As any campaign veteran will tell you, one of a candidate's most challenging tasks is to get information out quickly and inexpensively. Traditional forms of communication (relying on press or direct mail) aren't always reliable, nor does the former necessarily frame the candidate's message in way in which it was intended. Social media gives a candidate much more control over his/her image and message and allows them - if they've created both scope and depth- to guide the narrative about themselves. The candidate unable to build this social media foundation is likely to find themselves spending much of their time and energy on the defensive, rather than constructing an effective, empowering message that resonates with, engages, and even mobilizes voters. Dozens of Mike McGuire's campaign volunteers are folks with whom he connected through his social media outreach. And that base grows hourly. Mike McGuire's social media strategy is quickly becoming a model for other local grassroots campaigns and as a big fan (and user) of these media myself, I find it exciting to watch how these new technologies will continue to translate into real-world activism and community engagement, both at the local level and beyond.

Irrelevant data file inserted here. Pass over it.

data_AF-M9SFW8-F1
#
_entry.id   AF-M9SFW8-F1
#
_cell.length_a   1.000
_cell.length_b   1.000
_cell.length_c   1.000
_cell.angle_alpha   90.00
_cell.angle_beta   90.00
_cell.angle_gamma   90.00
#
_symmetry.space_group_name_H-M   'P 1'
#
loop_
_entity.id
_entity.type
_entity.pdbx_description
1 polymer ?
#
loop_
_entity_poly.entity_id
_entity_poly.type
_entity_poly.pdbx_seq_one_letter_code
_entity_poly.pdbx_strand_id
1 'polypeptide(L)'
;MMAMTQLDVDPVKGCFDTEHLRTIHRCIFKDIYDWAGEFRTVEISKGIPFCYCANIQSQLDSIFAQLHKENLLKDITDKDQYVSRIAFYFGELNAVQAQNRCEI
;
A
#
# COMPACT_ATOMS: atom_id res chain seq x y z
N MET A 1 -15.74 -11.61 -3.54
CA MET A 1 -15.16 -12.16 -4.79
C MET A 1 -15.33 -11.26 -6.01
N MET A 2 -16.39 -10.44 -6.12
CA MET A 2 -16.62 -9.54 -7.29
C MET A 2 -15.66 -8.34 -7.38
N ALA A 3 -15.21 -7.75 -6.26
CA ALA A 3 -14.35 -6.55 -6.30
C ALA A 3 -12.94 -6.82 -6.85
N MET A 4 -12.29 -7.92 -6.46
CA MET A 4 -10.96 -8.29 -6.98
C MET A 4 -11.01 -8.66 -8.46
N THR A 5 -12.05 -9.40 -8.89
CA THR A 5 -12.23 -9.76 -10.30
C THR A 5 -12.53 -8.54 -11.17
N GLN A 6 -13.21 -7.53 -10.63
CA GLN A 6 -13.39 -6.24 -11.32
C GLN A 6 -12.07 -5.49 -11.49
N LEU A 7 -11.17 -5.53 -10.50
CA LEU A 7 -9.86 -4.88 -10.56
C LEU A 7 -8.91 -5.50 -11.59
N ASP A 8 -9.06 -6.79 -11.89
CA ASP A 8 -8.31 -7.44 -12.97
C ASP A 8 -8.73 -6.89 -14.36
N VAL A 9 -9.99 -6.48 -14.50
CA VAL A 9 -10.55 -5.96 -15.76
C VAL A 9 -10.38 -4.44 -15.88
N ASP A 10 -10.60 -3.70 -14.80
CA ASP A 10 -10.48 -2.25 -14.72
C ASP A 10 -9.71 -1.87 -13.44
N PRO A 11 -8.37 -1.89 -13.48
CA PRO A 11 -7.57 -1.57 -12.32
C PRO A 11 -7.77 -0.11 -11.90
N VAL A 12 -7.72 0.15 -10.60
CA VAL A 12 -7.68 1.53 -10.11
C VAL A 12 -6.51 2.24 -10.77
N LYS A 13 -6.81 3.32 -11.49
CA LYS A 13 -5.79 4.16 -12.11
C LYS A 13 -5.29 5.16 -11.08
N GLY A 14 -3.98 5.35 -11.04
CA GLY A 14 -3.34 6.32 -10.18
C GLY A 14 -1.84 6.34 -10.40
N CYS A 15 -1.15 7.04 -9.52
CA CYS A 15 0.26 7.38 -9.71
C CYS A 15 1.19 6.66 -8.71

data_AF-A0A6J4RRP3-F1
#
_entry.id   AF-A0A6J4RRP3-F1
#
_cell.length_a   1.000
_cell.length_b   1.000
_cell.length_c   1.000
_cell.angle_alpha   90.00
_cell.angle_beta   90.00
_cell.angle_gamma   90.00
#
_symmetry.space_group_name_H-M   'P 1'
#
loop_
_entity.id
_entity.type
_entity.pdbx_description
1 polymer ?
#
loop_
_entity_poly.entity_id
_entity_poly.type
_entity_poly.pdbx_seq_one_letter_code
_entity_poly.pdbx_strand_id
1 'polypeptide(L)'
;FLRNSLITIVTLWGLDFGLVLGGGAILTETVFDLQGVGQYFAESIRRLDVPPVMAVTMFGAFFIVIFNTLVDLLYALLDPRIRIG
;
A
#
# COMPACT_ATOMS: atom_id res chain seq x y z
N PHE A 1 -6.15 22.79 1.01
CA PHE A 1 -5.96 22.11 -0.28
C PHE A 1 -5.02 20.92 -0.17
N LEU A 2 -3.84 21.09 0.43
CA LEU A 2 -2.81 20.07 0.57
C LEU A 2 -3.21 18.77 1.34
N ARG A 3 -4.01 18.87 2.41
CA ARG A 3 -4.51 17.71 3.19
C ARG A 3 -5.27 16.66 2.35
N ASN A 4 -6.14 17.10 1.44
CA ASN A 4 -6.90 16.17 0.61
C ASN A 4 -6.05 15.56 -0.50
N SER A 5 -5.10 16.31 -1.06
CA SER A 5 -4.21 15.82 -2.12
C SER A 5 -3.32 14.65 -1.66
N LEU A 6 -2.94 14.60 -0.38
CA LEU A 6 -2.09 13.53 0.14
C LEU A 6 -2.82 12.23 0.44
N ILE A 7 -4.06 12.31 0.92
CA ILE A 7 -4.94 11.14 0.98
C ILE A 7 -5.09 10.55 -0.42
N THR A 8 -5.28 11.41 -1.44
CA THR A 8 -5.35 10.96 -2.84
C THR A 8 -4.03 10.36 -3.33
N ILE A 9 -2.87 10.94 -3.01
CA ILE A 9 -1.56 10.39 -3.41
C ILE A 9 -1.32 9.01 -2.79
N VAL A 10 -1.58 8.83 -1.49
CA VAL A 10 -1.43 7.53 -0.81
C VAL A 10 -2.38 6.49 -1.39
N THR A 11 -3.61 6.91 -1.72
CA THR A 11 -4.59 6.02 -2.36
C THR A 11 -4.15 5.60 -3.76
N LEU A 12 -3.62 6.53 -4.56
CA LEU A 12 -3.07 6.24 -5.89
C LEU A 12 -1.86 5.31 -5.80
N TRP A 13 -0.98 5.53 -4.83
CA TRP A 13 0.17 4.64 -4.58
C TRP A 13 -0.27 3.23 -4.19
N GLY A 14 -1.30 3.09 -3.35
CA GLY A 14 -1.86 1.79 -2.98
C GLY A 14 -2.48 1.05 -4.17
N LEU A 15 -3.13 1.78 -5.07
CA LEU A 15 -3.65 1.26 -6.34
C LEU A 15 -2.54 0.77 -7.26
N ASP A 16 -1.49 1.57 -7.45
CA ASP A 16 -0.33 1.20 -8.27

To find Mike McGuire online, you can visit his campaign website here, his Facebook page here, and his Twitter account here. And if you're in the district (Northern Sonoma County), the SMART petition is here.
Even if you're not in the district or the county, McGuire's social media team welcomes your contribution to the discussion of the role of social media in the contemporary grassroots campaign.
Follow Cynthia Boaz on Twitter: www.twitter.com/cynthiaboaz